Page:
My point here is the games of power have taken over and obscured the underlying “real” tasks and work and the necessity of organizing the real work productively and with an eye on consequences. Top-down manipulation and mobilization of public opinion in the West pre-occupies the ruling classes. Stupid — creating stupid and wielding stupid as a weapon and even assuming stupid as a protective cloak — have taken over the minds of not just our rulers but their staff, their professional assistants.

    I am half-convinced that very few in professional roles even question the ethics of how they fulfill their roles anymore. Do journalists worry about peddling lies and p.r.? Do auditors and accountants worry about their own integrity? Do doctors peddling prescriptions? Go back and watch the movie, The Big Short.

    The “machine” has taken over, gone on auto-pilot and most people are barely aware there is a machine. And we are witnessing its partial collapse.

  8. Z

    It was less than a month ago that warning bells were ringing from both poles of this planet with Antarctica 70 degrees above normal and the Arctic 50 above normal.

    My likely oversimplified thinking about the matter was that methane releases from the poles due to ice melts and ground thaws blew a hole in the ozone layers around the poles where one would think the methane might pool instead of being whipped around and dispersed as they might be nearer to the equator due to the physics of rotation.

    So what happened to that unusually intense heat? Did it leave the atmosphere or is it trapped?

    Well, here we are not a month later and already California is seeing record seasonal heat with some temperatures blasting through the previous highs by over ten degrees:

    CMA 99 (prev 86, 2003)
    LOX 98 (prev 85, 1938)

    Again, if we have temperatures that are even ten degrees above normal in some places there’s going to be some serious problems for the people there this summer not to mention to water levels, crops, and livestock. The methane releases have taken us way off linearity.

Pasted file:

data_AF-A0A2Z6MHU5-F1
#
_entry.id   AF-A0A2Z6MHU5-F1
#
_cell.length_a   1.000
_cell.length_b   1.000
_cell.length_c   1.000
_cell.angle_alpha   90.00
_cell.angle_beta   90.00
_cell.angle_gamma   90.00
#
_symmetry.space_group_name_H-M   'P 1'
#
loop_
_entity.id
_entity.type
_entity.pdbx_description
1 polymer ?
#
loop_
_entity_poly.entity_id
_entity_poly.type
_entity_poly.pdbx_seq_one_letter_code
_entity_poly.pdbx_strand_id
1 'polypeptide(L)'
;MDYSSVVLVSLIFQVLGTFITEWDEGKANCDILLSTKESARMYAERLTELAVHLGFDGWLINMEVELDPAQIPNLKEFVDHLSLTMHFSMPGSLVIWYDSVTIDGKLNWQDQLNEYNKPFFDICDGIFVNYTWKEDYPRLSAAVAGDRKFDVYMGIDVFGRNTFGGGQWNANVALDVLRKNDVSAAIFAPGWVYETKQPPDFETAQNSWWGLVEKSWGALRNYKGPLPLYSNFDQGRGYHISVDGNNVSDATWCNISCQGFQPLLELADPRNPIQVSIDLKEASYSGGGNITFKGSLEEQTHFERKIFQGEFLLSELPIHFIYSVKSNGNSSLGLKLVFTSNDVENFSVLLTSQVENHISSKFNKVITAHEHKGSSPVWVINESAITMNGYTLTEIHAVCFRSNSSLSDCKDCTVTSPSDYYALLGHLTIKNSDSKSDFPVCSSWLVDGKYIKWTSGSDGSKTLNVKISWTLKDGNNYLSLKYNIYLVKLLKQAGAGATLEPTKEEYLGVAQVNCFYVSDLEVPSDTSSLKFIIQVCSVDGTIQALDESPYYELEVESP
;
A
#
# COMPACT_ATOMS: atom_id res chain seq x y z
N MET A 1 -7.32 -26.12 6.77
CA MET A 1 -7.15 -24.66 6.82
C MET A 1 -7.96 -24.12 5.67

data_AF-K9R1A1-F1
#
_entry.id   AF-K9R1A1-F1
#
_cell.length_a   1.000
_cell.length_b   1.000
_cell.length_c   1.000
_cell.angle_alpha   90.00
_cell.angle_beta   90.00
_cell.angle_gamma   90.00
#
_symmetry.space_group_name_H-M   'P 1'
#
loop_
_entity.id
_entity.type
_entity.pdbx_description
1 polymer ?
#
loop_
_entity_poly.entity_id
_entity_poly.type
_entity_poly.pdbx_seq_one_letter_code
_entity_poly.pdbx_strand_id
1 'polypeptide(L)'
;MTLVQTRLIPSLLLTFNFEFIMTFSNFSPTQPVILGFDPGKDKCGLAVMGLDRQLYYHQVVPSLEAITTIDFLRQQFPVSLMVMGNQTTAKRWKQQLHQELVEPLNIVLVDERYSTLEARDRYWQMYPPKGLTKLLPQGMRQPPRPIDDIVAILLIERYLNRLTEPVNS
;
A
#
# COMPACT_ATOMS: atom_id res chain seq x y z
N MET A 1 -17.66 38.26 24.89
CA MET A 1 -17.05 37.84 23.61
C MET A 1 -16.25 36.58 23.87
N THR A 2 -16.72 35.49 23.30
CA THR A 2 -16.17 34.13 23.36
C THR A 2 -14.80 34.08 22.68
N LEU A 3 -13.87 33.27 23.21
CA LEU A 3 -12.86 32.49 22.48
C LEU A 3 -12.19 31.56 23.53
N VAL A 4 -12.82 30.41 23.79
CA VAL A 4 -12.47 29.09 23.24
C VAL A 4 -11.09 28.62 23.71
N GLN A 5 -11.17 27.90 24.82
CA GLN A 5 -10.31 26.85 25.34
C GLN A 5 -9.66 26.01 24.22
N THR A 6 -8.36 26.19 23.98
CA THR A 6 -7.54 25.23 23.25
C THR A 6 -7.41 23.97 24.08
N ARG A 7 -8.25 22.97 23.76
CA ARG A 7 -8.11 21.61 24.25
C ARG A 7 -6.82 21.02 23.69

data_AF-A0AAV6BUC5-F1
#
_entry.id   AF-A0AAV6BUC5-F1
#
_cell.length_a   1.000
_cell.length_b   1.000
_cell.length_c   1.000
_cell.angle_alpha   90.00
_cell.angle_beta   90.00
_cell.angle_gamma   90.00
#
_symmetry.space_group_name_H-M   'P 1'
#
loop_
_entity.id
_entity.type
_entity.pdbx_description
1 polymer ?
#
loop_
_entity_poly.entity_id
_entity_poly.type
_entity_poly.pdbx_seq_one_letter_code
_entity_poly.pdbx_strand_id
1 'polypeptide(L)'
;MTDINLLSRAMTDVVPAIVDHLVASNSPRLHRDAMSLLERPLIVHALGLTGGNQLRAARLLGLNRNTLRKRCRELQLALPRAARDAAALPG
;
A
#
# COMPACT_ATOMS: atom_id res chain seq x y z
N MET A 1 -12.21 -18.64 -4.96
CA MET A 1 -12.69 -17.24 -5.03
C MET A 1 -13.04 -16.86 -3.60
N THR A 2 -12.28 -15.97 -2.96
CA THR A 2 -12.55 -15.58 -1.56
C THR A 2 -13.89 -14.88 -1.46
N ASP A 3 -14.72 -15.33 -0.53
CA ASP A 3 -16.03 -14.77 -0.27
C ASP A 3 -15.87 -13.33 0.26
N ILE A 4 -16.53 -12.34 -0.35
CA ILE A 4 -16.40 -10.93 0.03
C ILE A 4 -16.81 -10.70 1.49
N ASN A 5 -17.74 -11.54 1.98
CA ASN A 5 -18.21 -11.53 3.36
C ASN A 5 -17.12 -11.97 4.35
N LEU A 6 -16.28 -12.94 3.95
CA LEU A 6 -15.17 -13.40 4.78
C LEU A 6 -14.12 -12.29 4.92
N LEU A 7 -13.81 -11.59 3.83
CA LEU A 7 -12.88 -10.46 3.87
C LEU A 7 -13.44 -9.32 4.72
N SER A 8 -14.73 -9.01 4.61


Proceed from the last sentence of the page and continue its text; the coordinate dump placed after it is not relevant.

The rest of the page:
Here’s a graph of methane levels in the atmosphere:

    The steady rise since 2006 or so correlates with the beginning of the rise of fracking.


    In regards to Lake Powell’s low water levels, a substantial amount of the U.S.’s semiconductor capacity is in AZ, specifically the Phoenix area, and those fabs require a lot of water to run. If those fabs would have to shut down due to lack of water that would be a negative for the economy, but might actually be a positive for the planet.


  9. different clue

    @Bruce Wilder,

    If only people at the lowest level “working-face” bases of many different pyramid hierarchies could somehow find a way to give and get information directly to and from eachother, so as to get an “inter-base” view of what is going on in the reality-spheres that the different bases of the different action-pyramids see and understand. I don’t know what would come of it, but something might.


    I remember reading that jet-stream weakening is allowing bunches of warm-moist mid-latitude maritime air to intrude deep into the polar zones in tight-focused places. The air would not be wildly over-warm in its natural habitat, but bunches of it are being allowed to move into polar regions whereas they would have been kept out by stronger jet streams until the very recent past. it could be the exact reciprocal of chunks of polar and sub-polar air moving far south of where they normally used to move. An Egyptian co-worker who keeps up with family and friends in Cairo very recently told me that Cairo has been experiencing a cooler winter than traditional experience would allow Cairenes to expect. And last year a Somali who works elsewhere in my workplace told me that Somalia has been having the kind of cold lately that Somalis in Somalia are just simply not prepared for because it has never been part of the “Somali experience” in Somalia before.